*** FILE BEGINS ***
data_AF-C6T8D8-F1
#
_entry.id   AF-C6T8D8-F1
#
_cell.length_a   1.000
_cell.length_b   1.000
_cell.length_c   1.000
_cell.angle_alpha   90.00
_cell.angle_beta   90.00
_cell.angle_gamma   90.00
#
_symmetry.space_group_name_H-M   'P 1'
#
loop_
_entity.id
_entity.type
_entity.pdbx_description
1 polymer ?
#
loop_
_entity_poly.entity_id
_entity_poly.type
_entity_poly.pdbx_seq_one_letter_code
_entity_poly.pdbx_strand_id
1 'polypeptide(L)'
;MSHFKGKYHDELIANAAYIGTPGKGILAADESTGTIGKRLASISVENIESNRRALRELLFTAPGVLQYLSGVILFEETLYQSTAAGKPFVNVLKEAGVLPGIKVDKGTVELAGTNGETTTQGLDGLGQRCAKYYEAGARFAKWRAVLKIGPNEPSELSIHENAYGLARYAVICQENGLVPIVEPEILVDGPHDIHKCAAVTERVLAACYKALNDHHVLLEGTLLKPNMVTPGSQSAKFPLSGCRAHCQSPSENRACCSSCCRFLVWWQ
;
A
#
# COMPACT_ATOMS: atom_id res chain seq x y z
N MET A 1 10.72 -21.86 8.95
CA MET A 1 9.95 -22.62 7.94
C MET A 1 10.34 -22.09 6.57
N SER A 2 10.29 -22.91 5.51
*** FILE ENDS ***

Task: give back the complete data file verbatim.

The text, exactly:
data_AF-C6T8D8-F1
#
_entry.id   AF-C6T8D8-F1
#
_cell.length_a   1.000
_cell.length_b   1.000
_cell.length_c   1.000
_cell.angle_alpha   90.00
_cell.angle_beta   90.00
_cell.angle_gamma   90.00
#
_symmetry.space_group_name_H-M   'P 1'
#
loop_
_entity.id
_entity.type
_entity.pdbx_description
1 polymer ?
#
loop_
_entity_poly.entity_id
_entity_poly.type
_entity_poly.pdbx_seq_one_letter_code
_entity_poly.pdbx_strand_id
1 'polypeptide(L)'
;MSHFKGKYHDELIANAAYIGTPGKGILAADESTGTIGKRLASISVENIESNRRALRELLFTAPGVLQYLSGVILFEETLYQSTAAGKPFVNVLKEAGVLPGIKVDKGTVELAGTNGETTTQGLDGLGQRCAKYYEAGARFAKWRAVLKIGPNEPSELSIHENAYGLARYAVICQENGLVPIVEPEILVDGPHDIHKCAAVTERVLAACYKALNDHHVLLEGTLLKPNMVTPGSQSAKFPLSGCRAHCQSPSENRACCSSCCRFLVWWQ
;
A
#
# COMPACT_ATOMS: atom_id res chain seq x y z
N MET A 1 10.72 -21.86 8.95
CA MET A 1 9.95 -22.62 7.94
C MET A 1 10.34 -22.09 6.57
N SER A 2 10.29 -22.91 5.51